MIT Tech Review is keeping tabs on coronavirus apps that are tracking you

Looking for contact-tracing apps to help you figure out who near you may have coronavirus? MIT Technology Review has a list.

Eli Blumenthal Senior Editor
Eli Blumenthal is a senior editor at CNET with a particular focus on covering the latest in the ever-changing worlds of telecom, streaming and sports. He previously worked as a technology reporter at USA Today.
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Eli Blumenthal
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Austria's Stopp Corona app uses Bluetooth along with Apple and Google's new API to help trace coronavirus contacts. 

Austrian Red Cross

As countries around the world, as well as Apple and Google , release contact-tracing apps to help fight the coronavirusMIT Technology Review has put together a list to help people track the apps. 

The contact-tracing apps are designed to help people figure out if they have been near someone who tested positive for the coronavirus. Using Bluetooth, GPS and potentially APIs from Apple and Google, the apps have the potential to notify you through your smartphone if you've been near someone who has or had COVID-19.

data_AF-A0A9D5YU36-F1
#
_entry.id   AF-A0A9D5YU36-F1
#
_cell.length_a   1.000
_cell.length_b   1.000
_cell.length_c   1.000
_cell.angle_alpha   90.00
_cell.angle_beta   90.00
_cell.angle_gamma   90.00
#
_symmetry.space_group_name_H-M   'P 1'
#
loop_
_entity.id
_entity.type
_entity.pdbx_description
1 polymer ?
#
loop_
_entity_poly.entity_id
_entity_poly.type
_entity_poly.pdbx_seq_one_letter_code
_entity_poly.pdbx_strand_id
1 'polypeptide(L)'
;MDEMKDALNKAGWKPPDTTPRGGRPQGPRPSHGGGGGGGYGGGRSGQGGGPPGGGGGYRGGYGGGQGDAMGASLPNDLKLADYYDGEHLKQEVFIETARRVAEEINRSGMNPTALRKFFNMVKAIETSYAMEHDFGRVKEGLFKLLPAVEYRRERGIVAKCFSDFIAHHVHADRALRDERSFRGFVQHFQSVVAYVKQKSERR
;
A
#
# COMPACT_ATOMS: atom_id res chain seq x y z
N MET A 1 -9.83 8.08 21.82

Most of the 25 automated contact-tracing apps currently studied by the site allow you to voluntarily input whether you have tested positive, with the exception being India, which has made its Aarogya Setu app mandatory for millions. 

In addition to listing out the apps and the countries in which they are available, MIT Technology Review also lists out helpful information such as the technology the apps are using, whether information submission is voluntary and if the data will be destroyed. 

It also notes which apps are taking advantage of Apple and Google's partnership. 

The outlet notes that "the database isn't a recommendation on whether to download an app or not." Instead, the site says that "it's intended to bring you data that helps you make an informed decision on whether to use a service, and on whether to seek changes in your government's approach." 

A public Google Sheet with the apps will be updated daily at 3 p.m. PT, with MIT Technology Review asking users who want to submit an update, correction or addition to email CTT@technologyreview.com.

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